A Necessary Softness: paying respect to places, experiences and memories in a low-key way that generates surprise results

Alexandra Spence, A Necessary Softness, Australia, Room40, RM4133 cassette / CDR (2021)

Inspired by her travels, performances and residencies in Hong Kong and Vancouver, Sydney artist Alexandra Spence’s new work “A Necessary Softness” pays homage to those cities in low-key minimalist style. Field recordings, spoken word samples and manipulating objects are some of the tools Spence uses to generate soundscapes that capture and hold memories and impressions of her experiences; through these soundscapes, listeners can gain some connection to these cities and Spence’s experiences of them. As the album’s title suggests, softness is needed to hold audience attention and to bring listeners closer to Spence’s attempts through sound to link and hold the connection between place and the materials used to generate sound. The four tracks on “A Necessary Softness”, alternating between long pieces and short ones, can be viewed as sonic postcards of Spence’s adventures.

The longest track “Tidewater” can be long and slow like the glaciers that Spence discusses in parts but whispers, crackles, sharp noises, manipulations of spoken word recordings and a discourse on the worst tourist attraction in the world enliven the piece. The other long track “Bell, Fern” is busier, less ethereal and more tangible with seemingly more recognisable sounds from various objects (some of which might be familiar everyday objects) working against a background grind and whir of a tape fast-forwarding and rewinding in its player. Spence’s whispers bring another layer of ambiguous mystery as rustling noise and resonant droning bell compete for attention. Hearing this second long track can be unsettling, even a bit frightening.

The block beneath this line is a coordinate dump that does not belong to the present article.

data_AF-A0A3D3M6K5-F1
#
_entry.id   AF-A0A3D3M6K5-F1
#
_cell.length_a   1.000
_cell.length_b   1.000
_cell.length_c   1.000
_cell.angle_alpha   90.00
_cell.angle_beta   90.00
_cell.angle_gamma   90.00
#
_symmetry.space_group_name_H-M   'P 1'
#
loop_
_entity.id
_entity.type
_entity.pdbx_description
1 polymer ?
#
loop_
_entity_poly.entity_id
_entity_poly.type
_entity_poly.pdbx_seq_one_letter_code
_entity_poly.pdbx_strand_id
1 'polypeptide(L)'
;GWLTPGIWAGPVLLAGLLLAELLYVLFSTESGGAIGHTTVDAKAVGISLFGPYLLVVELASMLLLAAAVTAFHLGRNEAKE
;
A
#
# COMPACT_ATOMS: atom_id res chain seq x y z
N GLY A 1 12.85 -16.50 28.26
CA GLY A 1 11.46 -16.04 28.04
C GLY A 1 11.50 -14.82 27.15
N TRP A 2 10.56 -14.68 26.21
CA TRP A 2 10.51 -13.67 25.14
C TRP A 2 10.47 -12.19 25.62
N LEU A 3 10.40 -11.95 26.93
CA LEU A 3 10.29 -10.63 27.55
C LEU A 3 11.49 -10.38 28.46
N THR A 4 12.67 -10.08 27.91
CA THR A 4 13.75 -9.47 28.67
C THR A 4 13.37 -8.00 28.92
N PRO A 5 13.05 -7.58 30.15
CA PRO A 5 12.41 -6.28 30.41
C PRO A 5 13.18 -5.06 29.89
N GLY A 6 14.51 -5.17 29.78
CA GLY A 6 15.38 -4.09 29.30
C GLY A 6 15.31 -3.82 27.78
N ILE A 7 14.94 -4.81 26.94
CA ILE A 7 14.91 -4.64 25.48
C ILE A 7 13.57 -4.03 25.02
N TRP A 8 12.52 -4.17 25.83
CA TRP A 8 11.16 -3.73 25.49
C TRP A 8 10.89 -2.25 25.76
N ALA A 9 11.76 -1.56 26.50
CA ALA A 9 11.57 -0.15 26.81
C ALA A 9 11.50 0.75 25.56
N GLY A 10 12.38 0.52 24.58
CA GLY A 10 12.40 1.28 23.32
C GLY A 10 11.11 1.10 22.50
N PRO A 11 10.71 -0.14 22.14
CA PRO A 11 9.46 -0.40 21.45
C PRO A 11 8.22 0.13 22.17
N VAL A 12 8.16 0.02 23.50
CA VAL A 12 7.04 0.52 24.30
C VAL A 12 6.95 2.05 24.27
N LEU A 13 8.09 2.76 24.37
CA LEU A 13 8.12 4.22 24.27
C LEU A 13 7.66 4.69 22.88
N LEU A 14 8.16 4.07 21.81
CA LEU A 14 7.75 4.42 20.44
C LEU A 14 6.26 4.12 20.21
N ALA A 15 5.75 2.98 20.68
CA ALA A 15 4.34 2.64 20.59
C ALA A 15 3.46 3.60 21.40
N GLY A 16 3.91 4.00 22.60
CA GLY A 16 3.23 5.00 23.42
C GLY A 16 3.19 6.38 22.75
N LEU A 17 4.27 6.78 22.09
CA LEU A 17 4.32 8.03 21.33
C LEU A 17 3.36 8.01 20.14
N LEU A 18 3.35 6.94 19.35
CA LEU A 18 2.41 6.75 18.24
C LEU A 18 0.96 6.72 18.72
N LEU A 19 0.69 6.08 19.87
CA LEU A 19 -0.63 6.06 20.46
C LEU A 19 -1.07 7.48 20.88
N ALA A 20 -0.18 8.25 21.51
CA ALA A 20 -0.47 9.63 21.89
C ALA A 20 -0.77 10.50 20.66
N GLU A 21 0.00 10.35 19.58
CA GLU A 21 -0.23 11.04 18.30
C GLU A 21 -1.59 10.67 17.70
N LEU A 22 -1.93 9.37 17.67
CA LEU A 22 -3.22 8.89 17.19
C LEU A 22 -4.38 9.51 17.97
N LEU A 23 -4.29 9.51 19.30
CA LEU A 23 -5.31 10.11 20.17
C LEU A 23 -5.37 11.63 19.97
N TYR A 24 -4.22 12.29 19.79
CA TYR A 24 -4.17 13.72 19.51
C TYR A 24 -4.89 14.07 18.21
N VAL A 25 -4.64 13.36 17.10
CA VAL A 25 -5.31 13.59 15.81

The remaining tracks “Waves” and “Rain” are much less interesting, appearing to be mostly field recordings with very little manipulation, and I wonder why they need to be included on a cassette where each side could have featured just one long track. Apart from this personal reservation, I have no other criticism about this set of immersive sonic explorations. The soft approach that entices and brings listeners into these sound worlds yields unexpected and surprisingly sharp and hard results.

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